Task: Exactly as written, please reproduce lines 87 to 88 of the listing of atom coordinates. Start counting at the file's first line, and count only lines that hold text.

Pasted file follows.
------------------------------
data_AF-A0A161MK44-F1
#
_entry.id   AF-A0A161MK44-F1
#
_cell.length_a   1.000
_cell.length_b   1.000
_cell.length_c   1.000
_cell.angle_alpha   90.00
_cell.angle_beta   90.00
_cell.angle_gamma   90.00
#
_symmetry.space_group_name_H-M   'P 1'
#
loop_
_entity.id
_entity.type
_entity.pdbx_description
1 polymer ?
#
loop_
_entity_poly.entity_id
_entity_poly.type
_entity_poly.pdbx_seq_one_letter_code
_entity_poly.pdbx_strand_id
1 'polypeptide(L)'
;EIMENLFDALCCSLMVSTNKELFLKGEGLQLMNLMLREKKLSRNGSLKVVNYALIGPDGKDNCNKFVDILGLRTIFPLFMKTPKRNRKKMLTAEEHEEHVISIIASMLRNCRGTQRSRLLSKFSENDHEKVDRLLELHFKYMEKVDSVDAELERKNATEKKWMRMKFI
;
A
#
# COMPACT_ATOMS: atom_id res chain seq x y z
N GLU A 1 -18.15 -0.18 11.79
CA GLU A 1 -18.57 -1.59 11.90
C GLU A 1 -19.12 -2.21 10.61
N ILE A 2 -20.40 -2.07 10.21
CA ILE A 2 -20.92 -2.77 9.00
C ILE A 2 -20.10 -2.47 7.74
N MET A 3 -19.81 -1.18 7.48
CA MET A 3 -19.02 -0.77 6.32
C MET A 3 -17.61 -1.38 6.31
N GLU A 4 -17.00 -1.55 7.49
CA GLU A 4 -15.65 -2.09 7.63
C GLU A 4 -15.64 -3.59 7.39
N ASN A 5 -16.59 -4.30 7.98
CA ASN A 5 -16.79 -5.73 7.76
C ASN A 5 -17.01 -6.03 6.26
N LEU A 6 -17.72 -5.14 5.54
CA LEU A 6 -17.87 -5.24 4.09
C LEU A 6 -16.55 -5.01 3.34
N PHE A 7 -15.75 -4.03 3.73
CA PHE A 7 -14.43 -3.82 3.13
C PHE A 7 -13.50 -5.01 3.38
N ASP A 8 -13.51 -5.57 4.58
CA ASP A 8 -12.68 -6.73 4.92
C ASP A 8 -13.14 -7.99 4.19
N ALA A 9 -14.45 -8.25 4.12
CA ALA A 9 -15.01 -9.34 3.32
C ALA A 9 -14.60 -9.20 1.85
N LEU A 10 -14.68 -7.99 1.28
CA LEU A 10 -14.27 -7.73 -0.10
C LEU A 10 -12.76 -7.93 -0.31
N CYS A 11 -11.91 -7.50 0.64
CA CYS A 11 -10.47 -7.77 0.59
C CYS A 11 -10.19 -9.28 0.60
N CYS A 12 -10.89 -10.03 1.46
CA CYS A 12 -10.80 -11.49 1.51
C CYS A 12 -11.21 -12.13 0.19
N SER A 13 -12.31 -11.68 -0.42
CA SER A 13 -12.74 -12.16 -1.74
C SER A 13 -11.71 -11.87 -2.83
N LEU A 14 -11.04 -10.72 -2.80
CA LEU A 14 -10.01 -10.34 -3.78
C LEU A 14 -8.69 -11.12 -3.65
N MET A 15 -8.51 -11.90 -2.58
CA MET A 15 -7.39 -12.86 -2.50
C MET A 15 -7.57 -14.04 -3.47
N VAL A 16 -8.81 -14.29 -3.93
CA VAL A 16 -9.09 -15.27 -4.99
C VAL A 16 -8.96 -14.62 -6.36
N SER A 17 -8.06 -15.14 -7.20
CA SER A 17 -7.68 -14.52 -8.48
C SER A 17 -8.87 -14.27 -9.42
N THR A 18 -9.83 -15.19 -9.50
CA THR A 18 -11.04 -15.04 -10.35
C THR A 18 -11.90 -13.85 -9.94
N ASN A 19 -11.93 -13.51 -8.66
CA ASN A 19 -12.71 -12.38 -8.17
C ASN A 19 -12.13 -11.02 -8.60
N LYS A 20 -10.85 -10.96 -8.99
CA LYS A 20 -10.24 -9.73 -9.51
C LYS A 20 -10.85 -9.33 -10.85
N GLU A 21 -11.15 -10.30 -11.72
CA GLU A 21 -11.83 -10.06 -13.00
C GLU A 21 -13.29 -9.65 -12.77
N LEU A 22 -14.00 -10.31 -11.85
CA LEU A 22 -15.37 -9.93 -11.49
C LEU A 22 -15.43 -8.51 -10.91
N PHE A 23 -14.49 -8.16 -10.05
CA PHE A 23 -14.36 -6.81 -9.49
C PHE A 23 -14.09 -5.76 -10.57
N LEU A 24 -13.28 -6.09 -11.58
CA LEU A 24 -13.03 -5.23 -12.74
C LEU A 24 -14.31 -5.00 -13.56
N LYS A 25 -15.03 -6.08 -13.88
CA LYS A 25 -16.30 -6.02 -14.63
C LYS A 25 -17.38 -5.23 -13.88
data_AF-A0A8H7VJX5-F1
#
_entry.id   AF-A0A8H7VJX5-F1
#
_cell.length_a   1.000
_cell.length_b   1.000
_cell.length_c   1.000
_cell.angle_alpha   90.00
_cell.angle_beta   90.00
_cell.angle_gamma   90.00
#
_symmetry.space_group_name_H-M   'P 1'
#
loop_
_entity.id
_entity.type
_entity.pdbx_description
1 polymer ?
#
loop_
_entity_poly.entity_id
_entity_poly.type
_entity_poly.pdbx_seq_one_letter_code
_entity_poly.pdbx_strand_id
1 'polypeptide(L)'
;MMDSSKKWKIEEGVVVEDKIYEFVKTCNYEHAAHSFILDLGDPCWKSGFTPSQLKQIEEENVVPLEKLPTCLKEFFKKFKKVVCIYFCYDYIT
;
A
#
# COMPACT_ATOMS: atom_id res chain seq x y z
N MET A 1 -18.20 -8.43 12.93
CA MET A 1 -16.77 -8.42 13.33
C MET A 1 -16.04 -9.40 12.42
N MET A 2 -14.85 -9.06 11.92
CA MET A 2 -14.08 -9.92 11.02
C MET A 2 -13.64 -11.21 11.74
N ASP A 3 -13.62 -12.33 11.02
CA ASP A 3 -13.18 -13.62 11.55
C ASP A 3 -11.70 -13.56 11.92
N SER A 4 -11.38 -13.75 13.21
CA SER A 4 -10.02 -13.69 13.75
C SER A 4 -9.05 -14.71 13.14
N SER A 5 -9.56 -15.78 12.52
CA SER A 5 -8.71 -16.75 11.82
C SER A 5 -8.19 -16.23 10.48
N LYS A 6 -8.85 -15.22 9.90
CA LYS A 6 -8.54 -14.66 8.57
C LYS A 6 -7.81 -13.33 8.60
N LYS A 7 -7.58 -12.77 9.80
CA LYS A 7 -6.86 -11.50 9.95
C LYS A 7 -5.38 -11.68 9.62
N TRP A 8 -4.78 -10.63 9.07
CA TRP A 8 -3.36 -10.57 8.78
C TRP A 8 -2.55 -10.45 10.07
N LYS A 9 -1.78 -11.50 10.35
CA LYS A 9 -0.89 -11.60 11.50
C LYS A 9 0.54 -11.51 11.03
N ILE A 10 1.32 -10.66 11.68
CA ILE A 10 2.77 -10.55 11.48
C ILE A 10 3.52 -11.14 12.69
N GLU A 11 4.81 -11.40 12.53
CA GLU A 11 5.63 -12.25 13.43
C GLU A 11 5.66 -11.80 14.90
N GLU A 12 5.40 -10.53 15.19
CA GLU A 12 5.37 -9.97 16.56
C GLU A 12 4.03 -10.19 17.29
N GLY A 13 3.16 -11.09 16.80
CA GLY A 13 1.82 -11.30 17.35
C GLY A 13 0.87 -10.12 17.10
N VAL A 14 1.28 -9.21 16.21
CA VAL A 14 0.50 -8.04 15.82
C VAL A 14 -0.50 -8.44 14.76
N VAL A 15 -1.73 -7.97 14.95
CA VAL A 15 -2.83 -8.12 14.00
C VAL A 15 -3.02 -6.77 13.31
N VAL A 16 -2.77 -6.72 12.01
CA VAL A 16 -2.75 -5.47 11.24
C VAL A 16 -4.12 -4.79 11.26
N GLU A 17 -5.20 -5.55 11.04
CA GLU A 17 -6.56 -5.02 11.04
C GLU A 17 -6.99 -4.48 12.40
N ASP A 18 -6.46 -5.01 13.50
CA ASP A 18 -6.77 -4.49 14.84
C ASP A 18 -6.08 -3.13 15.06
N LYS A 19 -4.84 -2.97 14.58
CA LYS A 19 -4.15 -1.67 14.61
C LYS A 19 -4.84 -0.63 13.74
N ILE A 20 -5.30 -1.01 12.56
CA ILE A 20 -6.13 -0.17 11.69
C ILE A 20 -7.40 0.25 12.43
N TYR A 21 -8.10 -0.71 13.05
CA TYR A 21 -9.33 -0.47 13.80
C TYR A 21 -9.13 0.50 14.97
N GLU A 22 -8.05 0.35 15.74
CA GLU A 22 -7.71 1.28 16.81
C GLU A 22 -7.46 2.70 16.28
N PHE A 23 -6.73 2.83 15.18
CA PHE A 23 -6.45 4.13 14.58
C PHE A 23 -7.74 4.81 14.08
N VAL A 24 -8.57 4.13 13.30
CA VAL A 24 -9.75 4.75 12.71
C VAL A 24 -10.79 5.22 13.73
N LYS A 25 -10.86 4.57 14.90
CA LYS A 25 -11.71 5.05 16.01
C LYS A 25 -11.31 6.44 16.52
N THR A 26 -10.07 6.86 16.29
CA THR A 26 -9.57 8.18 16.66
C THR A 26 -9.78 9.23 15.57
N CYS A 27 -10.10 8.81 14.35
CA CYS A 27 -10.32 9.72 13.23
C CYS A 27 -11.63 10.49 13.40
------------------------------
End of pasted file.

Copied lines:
C ASN A 19 -12.13 -11.02 -8.60
N LYS A 20 -10.85 -10.96 -8.99